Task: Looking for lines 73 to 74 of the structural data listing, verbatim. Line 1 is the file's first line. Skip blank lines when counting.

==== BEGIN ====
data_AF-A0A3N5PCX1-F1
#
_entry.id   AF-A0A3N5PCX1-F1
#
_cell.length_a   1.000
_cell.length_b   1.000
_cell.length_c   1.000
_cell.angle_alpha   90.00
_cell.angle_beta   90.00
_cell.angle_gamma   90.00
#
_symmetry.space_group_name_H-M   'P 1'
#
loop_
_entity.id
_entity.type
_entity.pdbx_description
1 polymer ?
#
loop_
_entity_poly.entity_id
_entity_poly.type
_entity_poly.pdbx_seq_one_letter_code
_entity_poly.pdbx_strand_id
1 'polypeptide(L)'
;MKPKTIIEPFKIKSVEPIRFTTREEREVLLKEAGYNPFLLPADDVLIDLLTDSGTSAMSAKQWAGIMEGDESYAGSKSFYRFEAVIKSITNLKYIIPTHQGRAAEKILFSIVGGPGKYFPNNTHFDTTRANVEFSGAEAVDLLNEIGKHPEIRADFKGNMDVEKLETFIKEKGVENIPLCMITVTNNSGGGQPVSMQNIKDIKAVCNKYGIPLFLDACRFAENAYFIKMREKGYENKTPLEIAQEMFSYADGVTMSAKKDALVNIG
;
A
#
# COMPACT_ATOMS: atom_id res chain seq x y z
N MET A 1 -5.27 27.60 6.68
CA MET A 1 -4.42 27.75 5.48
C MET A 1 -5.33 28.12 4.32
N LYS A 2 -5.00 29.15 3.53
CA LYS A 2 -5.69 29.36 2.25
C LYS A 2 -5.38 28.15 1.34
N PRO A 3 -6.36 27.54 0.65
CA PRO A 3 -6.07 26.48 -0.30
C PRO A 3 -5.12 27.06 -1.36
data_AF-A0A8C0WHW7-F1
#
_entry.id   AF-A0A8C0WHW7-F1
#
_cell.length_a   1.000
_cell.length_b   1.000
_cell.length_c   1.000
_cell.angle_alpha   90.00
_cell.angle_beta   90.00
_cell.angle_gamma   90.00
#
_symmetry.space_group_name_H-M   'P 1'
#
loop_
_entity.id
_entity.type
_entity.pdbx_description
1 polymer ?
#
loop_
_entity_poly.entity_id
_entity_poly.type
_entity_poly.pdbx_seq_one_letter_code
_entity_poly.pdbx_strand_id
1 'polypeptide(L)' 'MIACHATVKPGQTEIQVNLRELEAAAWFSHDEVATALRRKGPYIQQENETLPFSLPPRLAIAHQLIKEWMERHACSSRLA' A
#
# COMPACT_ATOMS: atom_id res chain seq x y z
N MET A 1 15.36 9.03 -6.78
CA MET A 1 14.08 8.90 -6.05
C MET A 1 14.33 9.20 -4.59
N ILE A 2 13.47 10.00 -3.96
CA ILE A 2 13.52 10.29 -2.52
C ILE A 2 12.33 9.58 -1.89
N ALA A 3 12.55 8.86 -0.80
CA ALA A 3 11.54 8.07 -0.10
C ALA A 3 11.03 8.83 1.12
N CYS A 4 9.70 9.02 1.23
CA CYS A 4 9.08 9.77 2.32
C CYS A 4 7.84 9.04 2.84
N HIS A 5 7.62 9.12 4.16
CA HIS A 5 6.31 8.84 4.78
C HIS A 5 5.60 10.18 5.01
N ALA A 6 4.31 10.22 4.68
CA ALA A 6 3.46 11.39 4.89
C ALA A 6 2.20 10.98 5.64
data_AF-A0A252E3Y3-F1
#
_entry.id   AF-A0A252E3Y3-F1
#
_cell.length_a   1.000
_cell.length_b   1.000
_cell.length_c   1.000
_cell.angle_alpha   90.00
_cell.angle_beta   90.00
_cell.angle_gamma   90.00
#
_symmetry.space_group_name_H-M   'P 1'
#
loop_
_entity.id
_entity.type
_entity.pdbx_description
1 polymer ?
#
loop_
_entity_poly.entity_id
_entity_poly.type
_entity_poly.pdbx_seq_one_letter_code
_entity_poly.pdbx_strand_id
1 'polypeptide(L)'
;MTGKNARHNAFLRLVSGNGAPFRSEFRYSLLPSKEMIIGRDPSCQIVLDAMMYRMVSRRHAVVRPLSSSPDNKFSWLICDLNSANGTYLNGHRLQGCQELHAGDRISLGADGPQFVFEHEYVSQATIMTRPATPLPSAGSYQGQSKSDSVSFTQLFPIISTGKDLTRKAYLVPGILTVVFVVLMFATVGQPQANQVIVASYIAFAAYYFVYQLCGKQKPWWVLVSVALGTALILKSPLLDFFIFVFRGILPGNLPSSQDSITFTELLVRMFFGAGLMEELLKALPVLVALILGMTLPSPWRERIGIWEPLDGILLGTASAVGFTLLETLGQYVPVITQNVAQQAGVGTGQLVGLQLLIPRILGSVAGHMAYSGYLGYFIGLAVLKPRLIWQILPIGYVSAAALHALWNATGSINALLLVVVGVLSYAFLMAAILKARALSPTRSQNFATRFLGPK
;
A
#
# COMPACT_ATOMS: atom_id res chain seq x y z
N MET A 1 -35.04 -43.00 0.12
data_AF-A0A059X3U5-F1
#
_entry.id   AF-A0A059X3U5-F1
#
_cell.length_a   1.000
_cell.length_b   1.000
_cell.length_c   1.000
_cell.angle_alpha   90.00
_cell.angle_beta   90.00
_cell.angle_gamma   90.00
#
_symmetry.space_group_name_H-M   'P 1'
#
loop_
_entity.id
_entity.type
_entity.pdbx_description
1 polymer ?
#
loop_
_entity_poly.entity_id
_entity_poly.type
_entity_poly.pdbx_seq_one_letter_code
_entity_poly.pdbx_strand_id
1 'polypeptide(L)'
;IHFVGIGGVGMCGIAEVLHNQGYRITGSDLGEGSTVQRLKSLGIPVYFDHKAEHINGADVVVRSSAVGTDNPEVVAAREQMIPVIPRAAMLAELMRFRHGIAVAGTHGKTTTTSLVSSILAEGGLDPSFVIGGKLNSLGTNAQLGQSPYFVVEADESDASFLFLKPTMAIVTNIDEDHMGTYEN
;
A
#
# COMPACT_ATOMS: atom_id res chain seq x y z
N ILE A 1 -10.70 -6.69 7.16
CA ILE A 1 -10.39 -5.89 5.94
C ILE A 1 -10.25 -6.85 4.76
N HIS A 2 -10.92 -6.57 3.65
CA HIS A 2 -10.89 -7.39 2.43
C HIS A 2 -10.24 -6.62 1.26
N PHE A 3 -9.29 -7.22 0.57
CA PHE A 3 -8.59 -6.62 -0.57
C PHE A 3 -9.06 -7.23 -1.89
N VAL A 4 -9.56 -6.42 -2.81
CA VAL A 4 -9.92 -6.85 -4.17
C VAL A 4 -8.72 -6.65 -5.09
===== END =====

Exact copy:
N ALA A 3 12.55 8.86 -0.80
CA ALA A 3 11.54 8.07 -0.10